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Faith and community
3 July 2012

Secularism versus democracy

Can you guess which publication the following came from?

  • "It compromises democracy, it promotes and rewards hypocrisy and doublethink, it reflects a crippling failure of imagination on the part of its proponents and it’s founded on principles that are cynical, unempathetic and deeply un-humanist. It’s called secularism, and I think it stinks." 

Was it, perhaps, the Catholic Herald, the Baptist Times or even the Al-Qa’eda Gazette? Nope, none of those. It was an opinion piece by Richard Smyth for the New Humanist, an organ of the Rationalist Association.

So, why would an outspoken atheist be so opposed to secularism? It’s not because he’s one of those high church unbelievers with a penchant for the Common Book of Prayer, rather it's because he’s a democrat:

  • "The basic premise of secularism is that religion should be kept out of politics… My premise is that people who get things wrong should be kept out of politics. 
  • "How is that to be done? Why, by not voting for them, of course. Not by erecting self-serving and undemocratic Chinese walls between ‘church’ and ‘state’, ‘religion’ and ‘politics’." 

This is a really important point. Like it or not, we live in a plural society – in which different groups and individuals hold different, often conflicting, values. Not so long ago, the response of the liberal left to this state of affairs was to make us celebrate diversity for its own sake. But in more recent years (and especially since 9/11) we’ve seen a different, more intolerant attitude. Instead of allowing culture clashes to be settled at the ballot box (or through other public choice mechanisms ) aggressive secularists would like to exclude certain worldviews from the public square altogether – the democratic equivalent of pre-match fixing.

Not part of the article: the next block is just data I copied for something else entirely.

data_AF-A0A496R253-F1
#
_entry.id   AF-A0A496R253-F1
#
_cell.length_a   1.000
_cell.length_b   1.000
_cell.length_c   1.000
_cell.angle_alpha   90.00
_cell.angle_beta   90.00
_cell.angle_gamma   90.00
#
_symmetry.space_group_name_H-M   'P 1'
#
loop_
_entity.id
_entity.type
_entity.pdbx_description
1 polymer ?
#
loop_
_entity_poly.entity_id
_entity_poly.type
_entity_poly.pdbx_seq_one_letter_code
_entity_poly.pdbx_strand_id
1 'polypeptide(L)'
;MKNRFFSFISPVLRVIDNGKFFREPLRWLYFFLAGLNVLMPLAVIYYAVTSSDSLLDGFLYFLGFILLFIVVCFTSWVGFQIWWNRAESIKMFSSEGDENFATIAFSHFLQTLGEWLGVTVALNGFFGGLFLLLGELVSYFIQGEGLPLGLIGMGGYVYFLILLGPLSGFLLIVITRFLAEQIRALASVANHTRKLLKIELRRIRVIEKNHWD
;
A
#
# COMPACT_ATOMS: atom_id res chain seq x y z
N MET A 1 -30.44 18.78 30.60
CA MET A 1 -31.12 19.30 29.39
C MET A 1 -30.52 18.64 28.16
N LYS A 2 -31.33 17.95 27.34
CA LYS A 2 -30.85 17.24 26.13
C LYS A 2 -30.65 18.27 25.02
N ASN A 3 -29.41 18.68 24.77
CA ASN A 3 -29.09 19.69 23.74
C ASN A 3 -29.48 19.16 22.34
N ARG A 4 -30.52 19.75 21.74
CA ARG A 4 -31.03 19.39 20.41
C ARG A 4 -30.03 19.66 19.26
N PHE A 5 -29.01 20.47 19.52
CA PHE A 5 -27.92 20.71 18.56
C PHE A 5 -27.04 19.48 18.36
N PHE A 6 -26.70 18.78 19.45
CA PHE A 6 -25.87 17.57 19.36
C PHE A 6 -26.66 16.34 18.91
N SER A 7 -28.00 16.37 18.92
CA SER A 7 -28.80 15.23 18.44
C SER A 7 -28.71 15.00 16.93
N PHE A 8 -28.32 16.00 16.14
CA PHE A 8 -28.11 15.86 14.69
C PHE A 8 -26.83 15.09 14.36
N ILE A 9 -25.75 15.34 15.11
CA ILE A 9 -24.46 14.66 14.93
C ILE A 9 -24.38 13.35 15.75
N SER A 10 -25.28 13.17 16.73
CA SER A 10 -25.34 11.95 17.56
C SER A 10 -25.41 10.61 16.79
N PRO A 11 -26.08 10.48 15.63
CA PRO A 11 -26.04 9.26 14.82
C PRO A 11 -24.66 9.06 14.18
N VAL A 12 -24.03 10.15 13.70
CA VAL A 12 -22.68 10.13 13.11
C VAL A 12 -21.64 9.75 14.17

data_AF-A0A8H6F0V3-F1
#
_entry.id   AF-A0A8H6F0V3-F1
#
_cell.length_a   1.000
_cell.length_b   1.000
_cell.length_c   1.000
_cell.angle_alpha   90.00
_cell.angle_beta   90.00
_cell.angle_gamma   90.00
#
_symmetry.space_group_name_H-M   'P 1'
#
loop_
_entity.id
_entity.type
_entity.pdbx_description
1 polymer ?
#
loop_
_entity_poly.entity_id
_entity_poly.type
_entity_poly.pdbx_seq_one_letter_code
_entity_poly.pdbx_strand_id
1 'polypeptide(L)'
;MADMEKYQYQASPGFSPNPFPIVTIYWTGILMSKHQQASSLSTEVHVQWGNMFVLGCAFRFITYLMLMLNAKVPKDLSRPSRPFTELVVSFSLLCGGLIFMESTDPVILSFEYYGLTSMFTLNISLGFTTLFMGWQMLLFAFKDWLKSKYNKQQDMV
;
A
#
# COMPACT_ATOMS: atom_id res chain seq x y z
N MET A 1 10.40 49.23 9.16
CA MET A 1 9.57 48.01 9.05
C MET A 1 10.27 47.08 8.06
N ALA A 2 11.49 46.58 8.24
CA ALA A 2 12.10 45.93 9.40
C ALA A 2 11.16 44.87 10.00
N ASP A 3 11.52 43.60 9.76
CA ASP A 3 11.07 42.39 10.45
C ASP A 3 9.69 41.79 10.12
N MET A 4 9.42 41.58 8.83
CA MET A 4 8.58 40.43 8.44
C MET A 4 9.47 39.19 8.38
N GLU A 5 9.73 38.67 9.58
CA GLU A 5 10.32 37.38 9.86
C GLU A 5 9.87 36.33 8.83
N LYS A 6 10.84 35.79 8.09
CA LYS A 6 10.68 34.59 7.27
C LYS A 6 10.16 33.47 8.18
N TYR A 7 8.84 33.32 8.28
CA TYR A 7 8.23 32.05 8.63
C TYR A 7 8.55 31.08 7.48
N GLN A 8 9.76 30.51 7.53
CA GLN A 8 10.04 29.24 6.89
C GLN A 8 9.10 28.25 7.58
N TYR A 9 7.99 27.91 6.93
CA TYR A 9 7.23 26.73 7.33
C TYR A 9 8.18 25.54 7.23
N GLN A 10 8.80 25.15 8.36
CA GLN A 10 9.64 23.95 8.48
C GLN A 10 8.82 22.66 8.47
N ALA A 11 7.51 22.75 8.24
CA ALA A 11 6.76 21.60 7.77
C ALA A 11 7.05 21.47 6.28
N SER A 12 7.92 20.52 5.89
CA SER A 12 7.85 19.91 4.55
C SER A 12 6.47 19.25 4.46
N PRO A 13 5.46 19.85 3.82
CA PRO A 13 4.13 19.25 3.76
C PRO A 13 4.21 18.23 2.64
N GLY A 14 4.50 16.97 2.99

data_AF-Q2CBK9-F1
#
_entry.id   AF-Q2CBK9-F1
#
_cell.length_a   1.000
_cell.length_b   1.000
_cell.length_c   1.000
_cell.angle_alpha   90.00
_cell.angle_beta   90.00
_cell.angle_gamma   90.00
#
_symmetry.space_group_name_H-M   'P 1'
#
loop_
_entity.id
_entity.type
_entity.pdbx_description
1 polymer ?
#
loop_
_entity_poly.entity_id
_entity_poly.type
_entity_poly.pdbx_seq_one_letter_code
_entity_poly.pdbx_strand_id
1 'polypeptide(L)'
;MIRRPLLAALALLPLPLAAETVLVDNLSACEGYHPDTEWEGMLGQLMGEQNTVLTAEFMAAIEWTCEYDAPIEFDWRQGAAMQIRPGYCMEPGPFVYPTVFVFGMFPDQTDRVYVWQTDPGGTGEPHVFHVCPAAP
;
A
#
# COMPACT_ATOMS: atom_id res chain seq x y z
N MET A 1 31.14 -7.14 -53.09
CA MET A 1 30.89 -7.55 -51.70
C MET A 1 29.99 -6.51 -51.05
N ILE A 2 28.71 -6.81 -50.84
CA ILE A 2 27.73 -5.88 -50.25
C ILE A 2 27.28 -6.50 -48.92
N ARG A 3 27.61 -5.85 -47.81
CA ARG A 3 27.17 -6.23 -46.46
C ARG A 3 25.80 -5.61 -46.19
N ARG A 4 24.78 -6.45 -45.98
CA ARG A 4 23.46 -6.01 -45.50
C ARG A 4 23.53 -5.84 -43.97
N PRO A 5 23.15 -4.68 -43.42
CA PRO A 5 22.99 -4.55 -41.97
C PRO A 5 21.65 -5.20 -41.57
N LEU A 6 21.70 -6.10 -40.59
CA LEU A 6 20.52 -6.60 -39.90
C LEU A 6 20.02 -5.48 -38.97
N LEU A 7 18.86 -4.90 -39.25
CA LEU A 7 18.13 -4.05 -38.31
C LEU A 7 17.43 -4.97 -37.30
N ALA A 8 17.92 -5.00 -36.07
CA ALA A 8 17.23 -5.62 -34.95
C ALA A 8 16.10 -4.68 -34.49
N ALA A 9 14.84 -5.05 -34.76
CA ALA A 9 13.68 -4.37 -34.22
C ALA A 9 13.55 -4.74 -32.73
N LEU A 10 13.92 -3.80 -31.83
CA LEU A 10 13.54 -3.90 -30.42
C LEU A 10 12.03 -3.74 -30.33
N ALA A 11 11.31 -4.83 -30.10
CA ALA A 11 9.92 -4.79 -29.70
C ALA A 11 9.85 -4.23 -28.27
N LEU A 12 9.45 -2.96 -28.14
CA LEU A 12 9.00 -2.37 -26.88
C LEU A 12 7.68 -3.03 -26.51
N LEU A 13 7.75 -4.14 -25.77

It’s an attitude that tries to put certain beliefs under a kind of ideological house arrest, saying, for example, that it’s OK to be privately opposed to abortion, but that you shouldn’t try to change the law. Smyth points out that’s there nothing liberal about such an approach:

  • "…it’s an argument that crumbles as soon as you spin it around and take a look at it from the other side. If I believe that human life is sacred, then an abortion is essentially a murder. A woman has no more right to terminate her foetus than a mother has a right to strangle her three-year-old son. And a person who believes this has a moral obligation to prevent it wherever possible." 

In the end, there is no neutral worldview: Removing the religious elements of the British constitution is as ideologically charged as leaving them in. A politician who says nothing about his beliefs is making as big a statement as one who speaks of nothing else. A school syllabus that makes no mention of faith is as freighted with significance as one that does.

In every case, a choice must be made, so let’s make it freely. Richard Smyth puts it this way:

  • "If I were to be the only atheist in a country otherwise full of Christians, I would want and expect the government to be run on Christian principles. I wouldn’t like it, of course – but that’s democracy." 

Indeed it is, thank God.


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